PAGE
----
The number of U.S. air strikes over Afghanistan increased dramatically in July, following the Obama administration's decision the month before to widen the air war in support of Afghan troops on the ground.
Strikes against Afghan targets hit a 2016 high this month, specifically between July 19 and 25, when more than 70 munitions were employed, Lt. Col. Chris Karns, spokesman for U.S. Air Forces Central, told Air Force Times on Friday. F-16s, MQ-9s and B-52s conducted most of the operations, Karns said.
“This was the first time the B-52 conducted missions in Afghanistan since arriving in theater in April. It proved its flexibility and precision during close-air support missions,” Karns said in an email. Prior to that, the Stratofortresses had been carrying out airstrikes in Iraq and Syria against Islamic State militants.
The U.S. conducts two missions in Afghanistan: a non-combat mission of training, advising and assisting the Afghan National Defense and Security Forces, and a counterterrorism mission to target the Taliban, the remnants of al-Qaida, the Islamic State group, and other terrorist groups in the region.
Last week, Air Force fighters, bombers and remotely piloted aircraft zeroed-in on ISIS targets and infrastructure, Karns said.
In January, President Obama gave American personnel in Afghanistan legal authority to strike the fledgling ISIS faction there under any circumstance. Then in June, Obama approved U.S. air strikes and combat support for the Afghan army’s offensive operations against the Taliban.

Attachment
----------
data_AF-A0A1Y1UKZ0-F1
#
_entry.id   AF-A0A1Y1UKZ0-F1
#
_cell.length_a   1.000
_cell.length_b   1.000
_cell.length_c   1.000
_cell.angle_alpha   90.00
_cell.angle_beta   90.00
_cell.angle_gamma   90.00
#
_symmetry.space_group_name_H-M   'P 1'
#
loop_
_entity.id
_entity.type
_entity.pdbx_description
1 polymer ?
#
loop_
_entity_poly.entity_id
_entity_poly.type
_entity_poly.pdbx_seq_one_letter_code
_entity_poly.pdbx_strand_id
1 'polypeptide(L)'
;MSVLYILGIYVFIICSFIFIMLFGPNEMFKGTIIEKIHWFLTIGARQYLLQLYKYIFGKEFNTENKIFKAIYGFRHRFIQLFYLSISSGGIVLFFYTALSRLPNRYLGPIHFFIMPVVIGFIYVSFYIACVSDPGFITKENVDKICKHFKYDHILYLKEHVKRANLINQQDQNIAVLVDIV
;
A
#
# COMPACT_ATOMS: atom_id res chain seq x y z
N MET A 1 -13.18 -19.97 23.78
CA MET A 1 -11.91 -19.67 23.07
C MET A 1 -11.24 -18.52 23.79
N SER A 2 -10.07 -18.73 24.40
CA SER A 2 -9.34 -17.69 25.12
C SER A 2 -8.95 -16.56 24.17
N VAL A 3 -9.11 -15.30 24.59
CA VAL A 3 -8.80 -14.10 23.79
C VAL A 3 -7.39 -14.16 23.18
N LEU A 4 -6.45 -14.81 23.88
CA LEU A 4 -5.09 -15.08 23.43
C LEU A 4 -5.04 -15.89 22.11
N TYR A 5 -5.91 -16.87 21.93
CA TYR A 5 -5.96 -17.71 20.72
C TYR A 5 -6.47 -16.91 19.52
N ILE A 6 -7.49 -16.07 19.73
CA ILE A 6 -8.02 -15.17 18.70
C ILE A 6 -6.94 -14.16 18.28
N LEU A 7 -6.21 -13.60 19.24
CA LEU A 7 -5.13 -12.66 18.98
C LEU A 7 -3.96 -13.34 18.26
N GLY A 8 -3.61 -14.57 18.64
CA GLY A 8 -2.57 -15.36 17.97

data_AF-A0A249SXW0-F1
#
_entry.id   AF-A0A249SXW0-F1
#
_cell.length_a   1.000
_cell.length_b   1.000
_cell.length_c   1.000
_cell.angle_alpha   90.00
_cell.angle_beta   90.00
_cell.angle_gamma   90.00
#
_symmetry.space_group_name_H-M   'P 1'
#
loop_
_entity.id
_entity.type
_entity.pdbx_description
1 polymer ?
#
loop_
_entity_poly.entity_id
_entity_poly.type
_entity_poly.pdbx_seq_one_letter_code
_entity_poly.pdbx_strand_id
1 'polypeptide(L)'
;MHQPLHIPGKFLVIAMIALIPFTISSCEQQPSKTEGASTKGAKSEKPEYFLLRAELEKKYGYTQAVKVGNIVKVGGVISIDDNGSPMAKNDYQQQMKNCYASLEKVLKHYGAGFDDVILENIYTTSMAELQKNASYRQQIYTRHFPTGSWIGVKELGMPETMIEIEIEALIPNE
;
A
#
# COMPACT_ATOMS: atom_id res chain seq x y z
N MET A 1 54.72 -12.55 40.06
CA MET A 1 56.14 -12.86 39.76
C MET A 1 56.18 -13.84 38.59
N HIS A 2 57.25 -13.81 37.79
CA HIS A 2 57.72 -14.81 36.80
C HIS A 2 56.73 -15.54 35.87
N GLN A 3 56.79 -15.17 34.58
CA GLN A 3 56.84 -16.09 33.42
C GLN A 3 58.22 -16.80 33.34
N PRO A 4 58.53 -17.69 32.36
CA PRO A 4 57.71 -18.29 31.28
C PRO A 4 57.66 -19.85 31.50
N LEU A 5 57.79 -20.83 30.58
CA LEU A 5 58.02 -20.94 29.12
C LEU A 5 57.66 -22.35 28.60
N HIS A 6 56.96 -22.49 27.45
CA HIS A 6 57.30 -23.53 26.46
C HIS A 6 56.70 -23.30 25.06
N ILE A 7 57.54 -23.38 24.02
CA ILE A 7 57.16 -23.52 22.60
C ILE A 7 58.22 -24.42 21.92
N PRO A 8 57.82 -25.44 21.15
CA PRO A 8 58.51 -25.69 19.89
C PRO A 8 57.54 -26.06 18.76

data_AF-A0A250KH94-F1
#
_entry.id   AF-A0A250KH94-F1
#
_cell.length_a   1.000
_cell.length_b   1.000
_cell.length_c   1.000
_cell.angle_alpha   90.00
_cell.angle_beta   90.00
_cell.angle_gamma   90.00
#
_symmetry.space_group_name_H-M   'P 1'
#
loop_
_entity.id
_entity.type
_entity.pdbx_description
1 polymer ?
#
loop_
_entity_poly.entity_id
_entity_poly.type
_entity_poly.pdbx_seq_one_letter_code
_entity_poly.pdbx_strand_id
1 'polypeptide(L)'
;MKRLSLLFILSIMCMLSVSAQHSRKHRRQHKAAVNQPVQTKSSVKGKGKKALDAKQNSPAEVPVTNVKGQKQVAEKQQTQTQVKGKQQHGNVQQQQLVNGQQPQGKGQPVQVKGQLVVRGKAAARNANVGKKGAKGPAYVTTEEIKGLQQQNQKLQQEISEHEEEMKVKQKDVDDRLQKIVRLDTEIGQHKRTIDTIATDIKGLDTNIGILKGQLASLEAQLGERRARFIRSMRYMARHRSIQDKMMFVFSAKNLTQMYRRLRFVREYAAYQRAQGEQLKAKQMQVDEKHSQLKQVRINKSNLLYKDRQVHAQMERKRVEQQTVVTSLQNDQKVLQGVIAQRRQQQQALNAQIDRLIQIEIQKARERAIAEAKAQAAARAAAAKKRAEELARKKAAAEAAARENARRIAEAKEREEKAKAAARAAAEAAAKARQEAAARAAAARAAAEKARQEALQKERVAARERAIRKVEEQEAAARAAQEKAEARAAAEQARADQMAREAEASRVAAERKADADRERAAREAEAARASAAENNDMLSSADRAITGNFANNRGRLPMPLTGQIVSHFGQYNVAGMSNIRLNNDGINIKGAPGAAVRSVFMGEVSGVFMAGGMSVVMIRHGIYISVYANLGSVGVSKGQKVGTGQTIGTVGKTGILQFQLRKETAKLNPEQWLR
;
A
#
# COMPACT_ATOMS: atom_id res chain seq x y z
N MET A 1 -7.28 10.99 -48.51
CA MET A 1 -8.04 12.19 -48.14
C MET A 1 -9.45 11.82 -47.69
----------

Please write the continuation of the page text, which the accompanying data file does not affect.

Before that U.S. and NATO airpower in Afghanistan had only been used to attack validated al-Qaida targets, to counter specific Taliban individuals or groups that had previously attacked coalition forces or to directly respond to such attacks.
Just one month into 2016, the U.S. had released almost 130 weapons in Afghanistan, the most since 2013, according to U.S. Air Forces Central Command statistics. Overall, Air Force
545 weapons released from January to June, compared to 298 weapons employed for the same period in 2015.
But in the recent, four-day period of continuous strikes, the number of bombs dropped rose sharply.
“The number of weapons expended was more than double the previous week's total,” Karns said. “There is a commitment to ensuring continued progress in Afghanistan and to make sure it does not become a safe haven for terrorists. Airpower is available and doing its part to ensure this does not occur.”
Oriana Pawlyk covers deployments, cyber, Guard/Reserve, uniforms, physical training, crime and operations in the Middle East and Europe for Air Force Times. She was the Early Bird Brief editor in 2015. Email her at firstname.lastname@example.org.